Novel Assessment Tool for Fetal Alcohol Spectrum Disorder (FASD) Based on Eye Movement Behaviours
Fetal alcohol spectrum disorder (FASD) is the leading cause of preventable developmental disability among Canadians, affecting at least 1% of the population. Diagnosis of FASD requires collaboration from a multidisciplinary team and can be a lengthy process frequently involving long wait times. Our objective was to conduct a validation study to confirm the ability of eye tracking to efficiently and objectively identify children with FASD. In the validation study, 32 children with an FASD diagnosis and 25 typically developing control children completed three eye-tracking tasks, measuring automatic and voluntary eye movement responses, spatial working memory and visuospatial skills. Data previously collected (105 typically developing control children and 68 children with FASD) was analyzed using the same automated program, and used as the training data for the classifier. Features extracted from the eye movement control tasks were used as input to test an extreme learning machine model’s ability to accurately classify children into their respective groups. Children with FASD exhibited significant differences in eye movement performance in each of the three eye-tracking tasks, including end point error, percentage of direction errors, percentage of trials with step saccades, and overall accuracy. Classification of the validation cohort participants (FASD and control) was fairly high, producing a sensitivity of 72%, a specificity of 88%, and an overall accuracy of 79%. Features recognized as important for distinguishing between the control and FASD groups were similar or related to features that were shown to differ significantly between groups. These results support the notion that eye-tracking provides information about differences in brain function between clinical and control groups that can be used to train computational models to classify participant groups with a fairly high degree of accuracy. Measuring eye movement behaviours can help identify brain dysfunction due to prenatal alcohol exposure, providing insight into potential functional biomarkers of FASD.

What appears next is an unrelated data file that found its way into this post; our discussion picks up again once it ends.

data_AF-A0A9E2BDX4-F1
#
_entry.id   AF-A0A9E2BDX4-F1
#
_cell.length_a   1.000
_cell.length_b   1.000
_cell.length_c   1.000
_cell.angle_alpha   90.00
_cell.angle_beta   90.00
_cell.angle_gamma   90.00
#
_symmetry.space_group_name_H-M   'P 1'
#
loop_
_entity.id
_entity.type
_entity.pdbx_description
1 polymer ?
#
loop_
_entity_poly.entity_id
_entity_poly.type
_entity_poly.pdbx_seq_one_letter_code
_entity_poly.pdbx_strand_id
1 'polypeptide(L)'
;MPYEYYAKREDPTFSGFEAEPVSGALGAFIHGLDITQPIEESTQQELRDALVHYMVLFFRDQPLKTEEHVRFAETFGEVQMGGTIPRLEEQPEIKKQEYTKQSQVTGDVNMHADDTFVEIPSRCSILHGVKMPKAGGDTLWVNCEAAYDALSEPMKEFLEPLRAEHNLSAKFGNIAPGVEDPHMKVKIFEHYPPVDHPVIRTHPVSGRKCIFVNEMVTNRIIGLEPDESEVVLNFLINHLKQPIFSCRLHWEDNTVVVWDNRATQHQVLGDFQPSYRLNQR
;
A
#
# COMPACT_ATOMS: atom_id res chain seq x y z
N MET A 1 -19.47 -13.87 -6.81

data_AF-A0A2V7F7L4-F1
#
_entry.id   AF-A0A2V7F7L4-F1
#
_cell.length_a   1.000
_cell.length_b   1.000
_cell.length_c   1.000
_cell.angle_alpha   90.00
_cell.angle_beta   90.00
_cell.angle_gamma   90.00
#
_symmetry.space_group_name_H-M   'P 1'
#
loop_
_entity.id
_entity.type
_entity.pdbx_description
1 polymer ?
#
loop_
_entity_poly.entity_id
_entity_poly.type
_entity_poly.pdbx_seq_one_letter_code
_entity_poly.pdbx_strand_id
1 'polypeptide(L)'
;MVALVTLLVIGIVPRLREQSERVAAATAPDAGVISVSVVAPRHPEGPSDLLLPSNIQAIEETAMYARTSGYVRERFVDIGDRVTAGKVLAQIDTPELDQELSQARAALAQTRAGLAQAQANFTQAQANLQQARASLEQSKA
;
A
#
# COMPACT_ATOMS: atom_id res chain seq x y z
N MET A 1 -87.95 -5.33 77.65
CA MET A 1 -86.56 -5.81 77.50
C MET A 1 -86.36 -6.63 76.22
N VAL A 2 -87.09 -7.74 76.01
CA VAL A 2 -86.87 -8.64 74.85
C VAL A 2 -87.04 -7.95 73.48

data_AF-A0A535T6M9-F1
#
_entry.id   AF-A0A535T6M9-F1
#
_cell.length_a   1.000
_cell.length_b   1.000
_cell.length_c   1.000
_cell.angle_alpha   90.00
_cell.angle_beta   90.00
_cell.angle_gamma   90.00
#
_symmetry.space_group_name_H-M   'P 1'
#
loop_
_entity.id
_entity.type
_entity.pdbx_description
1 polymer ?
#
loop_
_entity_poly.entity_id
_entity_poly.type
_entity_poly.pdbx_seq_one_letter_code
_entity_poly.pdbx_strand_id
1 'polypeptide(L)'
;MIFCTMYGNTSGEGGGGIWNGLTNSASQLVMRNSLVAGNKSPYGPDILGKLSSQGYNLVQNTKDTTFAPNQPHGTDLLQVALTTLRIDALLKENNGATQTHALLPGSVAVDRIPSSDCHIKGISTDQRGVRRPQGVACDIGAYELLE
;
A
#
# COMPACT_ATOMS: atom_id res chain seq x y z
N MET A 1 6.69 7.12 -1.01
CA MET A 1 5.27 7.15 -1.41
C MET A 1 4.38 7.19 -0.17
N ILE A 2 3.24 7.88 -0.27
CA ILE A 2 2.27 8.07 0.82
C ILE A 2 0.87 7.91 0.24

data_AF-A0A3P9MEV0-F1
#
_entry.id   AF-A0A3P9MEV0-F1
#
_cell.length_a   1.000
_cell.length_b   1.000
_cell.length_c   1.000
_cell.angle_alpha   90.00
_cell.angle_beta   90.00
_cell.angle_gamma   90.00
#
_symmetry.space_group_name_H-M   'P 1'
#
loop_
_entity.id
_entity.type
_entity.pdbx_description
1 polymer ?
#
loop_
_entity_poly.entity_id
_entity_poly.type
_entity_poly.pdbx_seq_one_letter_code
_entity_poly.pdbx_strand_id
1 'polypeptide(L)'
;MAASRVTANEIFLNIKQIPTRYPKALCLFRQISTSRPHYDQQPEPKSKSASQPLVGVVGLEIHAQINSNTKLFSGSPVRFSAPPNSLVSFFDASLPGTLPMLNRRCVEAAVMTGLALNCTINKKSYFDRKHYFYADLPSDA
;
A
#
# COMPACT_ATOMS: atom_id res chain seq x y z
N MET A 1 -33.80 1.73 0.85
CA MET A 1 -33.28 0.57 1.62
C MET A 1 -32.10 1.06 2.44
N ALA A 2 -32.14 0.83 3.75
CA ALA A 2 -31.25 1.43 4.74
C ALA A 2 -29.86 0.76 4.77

URI for this recordhttp://hdl.handle.net/1974/23778
Request an alternative formatIf you require this document in an alternate, accessible format, please contact the Queen's Adaptive Technology Centre
The following license files are associated with this item: